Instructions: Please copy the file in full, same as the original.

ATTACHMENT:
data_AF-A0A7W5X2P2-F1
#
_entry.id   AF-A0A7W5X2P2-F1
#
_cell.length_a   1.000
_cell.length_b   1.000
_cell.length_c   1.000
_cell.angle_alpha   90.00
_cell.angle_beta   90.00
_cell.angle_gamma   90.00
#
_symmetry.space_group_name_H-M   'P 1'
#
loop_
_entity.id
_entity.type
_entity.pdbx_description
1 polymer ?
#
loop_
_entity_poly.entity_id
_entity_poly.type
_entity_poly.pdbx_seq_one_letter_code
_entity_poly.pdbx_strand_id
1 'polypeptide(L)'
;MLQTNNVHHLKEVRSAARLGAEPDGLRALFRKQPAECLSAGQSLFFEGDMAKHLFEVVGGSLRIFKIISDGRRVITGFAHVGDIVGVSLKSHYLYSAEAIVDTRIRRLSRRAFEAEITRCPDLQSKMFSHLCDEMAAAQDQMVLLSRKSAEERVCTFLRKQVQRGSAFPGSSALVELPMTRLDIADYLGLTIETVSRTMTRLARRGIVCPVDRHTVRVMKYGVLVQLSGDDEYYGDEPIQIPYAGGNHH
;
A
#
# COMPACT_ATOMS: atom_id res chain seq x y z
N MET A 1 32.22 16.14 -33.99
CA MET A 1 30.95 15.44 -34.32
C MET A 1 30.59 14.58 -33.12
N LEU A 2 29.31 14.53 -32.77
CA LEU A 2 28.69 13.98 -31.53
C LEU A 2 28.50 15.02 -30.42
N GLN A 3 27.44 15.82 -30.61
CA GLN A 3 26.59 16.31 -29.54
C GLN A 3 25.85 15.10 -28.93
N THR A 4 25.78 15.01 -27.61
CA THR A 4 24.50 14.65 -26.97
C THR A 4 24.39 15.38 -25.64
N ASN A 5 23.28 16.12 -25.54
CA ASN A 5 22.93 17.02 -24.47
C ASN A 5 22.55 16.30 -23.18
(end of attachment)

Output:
data_AF-A0A7W5X2P2-F1
#
_entry.id   AF-A0A7W5X2P2-F1
#
_cell.length_a   1.000
_cell.length_b   1.000
_cell.length_c   1.000
_cell.angle_alpha   90.00
_cell.angle_beta   90.00
_cell.angle_gamma   90.00
#
_symmetry.space_group_name_H-M   'P 1'
#
loop_
_entity.id
_entity.type
_entity.pdbx_description
1 polymer ?
#
loop_
_entity_poly.entity_id
_entity_poly.type
_entity_poly.pdbx_seq_one_letter_code
_entity_poly.pdbx_strand_id
1 'polypeptide(L)'
;MLQTNNVHHLKEVRSAARLGAEPDGLRALFRKQPAECLSAGQSLFFEGDMAKHLFEVVGGSLRIFKIISDGRRVITGFAHVGDIVGVSLKSHYLYSAEAIVDTRIRRLSRRAFEAEITRCPDLQSKMFSHLCDEMAAAQDQMVLLSRKSAEERVCTFLRKQVQRGSAFPGSSALVELPMTRLDIADYLGLTIETVSRTMTRLARRGIVCPVDRHTVRVMKYGVLVQLSGDDEYYGDEPIQIPYAGGNHH
;
A
#
# COMPACT_ATOMS: atom_id res chain seq x y z
N MET A 1 32.22 16.14 -33.99
CA MET A 1 30.95 15.44 -34.32
C MET A 1 30.59 14.58 -33.12
N LEU A 2 29.31 14.53 -32.77
CA LEU A 2 28.69 13.98 -31.53
C LEU A 2 28.50 15.02 -30.42
N GLN A 3 27.44 15.82 -30.61
CA GLN A 3 26.59 16.31 -29.54
C GLN A 3 25.85 15.10 -28.93
N THR A 4 25.78 15.01 -27.61
CA THR A 4 24.50 14.65 -26.97
C THR A 4 24.39 15.38 -25.64
N ASN A 5 23.28 16.12 -25.54
CA ASN A 5 22.93 17.02 -24.47
C ASN A 5 22.55 16.30 -23.18